Take the 2-minute tour ×
Stack Overflow is a question and answer site for professional and enthusiast programmers. It's 100% free.

tl;dr: It seems like params[:commit] does not contain the actual relevant information to create a new Commit, instead, it only contains the value of the submit button for the form whose name is also "commit". Any ideas as to why this is happening? I did not change anything.

I am running rails 3 with the webrick server since it displays relevant debugging information. I created a model with only one attribute, description:text, and everything seems to be working fine.

However, when I go to create a new one using the auto-generated scaffolding form, it does not seem to care about the description text-area value. In other words, after having been created, the created_at column is fine and all but the description does not show up at all. Here is the output from the server:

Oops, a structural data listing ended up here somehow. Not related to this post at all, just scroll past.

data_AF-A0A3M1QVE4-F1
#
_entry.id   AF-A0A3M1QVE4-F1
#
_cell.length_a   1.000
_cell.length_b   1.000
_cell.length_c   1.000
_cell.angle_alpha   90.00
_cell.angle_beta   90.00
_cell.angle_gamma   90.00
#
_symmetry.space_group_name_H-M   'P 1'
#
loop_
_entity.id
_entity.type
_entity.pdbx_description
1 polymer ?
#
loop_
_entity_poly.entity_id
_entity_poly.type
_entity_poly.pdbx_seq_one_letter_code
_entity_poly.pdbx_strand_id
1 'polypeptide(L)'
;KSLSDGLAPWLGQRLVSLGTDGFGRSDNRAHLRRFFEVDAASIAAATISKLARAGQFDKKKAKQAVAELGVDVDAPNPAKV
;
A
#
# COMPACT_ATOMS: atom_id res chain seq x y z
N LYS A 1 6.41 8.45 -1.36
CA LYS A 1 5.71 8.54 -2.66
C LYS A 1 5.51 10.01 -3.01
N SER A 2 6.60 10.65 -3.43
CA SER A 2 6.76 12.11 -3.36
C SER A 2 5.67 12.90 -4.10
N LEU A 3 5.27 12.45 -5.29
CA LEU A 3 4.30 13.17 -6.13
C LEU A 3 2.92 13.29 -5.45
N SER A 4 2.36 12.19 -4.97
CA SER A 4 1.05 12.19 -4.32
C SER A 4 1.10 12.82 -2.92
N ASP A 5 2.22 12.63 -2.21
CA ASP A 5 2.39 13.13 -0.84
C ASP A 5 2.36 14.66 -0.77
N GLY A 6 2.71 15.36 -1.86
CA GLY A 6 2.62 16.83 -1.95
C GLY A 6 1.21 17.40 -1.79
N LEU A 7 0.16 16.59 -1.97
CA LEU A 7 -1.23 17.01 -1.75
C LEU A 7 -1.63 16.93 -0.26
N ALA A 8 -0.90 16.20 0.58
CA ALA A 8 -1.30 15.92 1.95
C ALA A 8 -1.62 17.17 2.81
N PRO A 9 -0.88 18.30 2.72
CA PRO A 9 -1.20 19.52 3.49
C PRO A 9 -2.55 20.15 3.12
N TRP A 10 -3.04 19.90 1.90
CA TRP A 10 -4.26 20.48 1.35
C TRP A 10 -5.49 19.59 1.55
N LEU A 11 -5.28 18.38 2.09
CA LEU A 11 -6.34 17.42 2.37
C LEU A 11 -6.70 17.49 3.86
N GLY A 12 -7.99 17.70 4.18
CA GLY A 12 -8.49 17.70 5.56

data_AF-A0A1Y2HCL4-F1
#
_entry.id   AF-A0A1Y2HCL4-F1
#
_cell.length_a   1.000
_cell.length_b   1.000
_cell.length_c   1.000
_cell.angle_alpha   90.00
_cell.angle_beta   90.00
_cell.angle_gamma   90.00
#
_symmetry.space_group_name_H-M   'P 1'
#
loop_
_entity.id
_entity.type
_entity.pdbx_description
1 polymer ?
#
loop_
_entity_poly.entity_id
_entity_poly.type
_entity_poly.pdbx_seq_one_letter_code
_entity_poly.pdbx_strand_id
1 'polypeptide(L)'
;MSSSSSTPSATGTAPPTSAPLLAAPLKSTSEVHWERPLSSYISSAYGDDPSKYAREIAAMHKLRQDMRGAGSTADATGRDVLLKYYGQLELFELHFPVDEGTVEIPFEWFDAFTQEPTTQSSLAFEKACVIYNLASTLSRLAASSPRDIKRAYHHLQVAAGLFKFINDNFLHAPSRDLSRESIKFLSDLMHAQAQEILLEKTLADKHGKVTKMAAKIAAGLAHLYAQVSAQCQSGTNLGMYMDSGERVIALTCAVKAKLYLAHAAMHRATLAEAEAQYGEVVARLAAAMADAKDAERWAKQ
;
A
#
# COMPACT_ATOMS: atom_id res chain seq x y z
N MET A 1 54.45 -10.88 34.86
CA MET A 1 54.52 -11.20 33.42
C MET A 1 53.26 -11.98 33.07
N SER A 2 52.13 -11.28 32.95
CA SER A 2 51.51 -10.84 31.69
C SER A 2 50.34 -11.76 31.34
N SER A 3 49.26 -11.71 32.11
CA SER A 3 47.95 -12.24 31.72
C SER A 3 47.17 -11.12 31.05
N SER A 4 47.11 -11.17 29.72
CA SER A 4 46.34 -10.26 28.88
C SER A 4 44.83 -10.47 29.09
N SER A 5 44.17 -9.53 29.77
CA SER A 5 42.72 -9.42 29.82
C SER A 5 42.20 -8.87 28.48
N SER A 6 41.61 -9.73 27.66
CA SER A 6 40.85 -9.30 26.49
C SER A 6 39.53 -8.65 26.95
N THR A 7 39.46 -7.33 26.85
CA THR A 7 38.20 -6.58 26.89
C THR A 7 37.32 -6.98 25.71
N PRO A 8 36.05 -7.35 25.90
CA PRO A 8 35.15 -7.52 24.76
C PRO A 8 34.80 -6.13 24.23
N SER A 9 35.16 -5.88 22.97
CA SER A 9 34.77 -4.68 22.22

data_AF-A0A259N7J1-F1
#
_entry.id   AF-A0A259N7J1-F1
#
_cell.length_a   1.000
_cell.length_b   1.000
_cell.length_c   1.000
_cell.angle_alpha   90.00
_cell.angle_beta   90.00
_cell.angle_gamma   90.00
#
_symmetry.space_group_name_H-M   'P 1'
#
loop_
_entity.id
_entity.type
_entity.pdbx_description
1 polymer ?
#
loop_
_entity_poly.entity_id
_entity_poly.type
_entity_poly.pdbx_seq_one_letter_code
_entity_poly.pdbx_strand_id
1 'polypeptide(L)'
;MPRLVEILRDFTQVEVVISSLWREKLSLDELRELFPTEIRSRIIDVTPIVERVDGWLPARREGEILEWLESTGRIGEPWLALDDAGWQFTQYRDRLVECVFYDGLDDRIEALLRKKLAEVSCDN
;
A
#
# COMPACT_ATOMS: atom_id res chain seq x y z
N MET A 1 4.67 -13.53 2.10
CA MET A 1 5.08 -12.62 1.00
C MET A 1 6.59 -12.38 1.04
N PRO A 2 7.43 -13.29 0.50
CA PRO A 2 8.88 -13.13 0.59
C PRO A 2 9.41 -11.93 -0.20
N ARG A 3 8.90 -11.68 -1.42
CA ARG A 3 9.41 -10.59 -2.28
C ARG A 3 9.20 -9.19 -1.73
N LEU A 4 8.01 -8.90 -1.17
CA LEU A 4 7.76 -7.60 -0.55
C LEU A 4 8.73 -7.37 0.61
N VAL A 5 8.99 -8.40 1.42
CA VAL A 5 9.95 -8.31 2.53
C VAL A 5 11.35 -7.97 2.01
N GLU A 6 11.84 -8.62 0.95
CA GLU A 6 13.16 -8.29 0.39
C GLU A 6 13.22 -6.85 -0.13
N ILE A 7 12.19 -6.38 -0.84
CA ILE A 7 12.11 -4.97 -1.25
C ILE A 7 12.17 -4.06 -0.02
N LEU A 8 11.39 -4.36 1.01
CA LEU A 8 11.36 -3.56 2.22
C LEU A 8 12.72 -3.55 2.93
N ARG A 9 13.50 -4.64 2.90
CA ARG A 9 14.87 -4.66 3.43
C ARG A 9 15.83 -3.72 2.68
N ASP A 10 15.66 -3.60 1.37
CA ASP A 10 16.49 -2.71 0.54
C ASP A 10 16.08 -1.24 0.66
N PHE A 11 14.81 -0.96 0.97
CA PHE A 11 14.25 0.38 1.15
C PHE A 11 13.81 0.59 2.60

Started POST "/commits" for 127.0.0.1 at 2010-11-03 17:24:20 -0700
Processing by CommitsController#create as HTML
Parameters: {"utf8"=>"✓", "authenticity_token"=>"F00A8Ttv7ceREegfZmP+T5kr+6u2YbRJrQzmfEOaT7o=", "commit"=>"Create Commit"}
SQL (0.5ms)  INSERT INTO "commits" ("created_at", "description", "updated_at") VALUES ('2010-11-04 00:24:20.986571', NULL, '2010-11-04 00:24:20.986571')
Redirected to http://0.0.0.0:3000/commits/5
Completed 302 Found in 42ms

Here is what my migration looks like, auto-generated by rails generate

def self.up
  create_table :commits do |t|
    t.text :description

    t.timestamps
  end
end

So as you can see, it is seeing the description value as NULL even though I did type something into the text area. Here is what rails generated in the _form.html.erb partial:

<div class="field">
  <%= f.label :description %><br />
  <%= f.text_area :description %>
</div>

Anyone have any ideas as to why this is happening? I'm pretty sure it's some obvious thing too.

By the way, rails console works fine when I create one and save it manually, so I have a feeling there is a disconnect going on in the controller when it goes to save or something.

EDIT: I noticed something interesting. In the controller, the object is created as such:

@commit = Commit.new(params[:commit])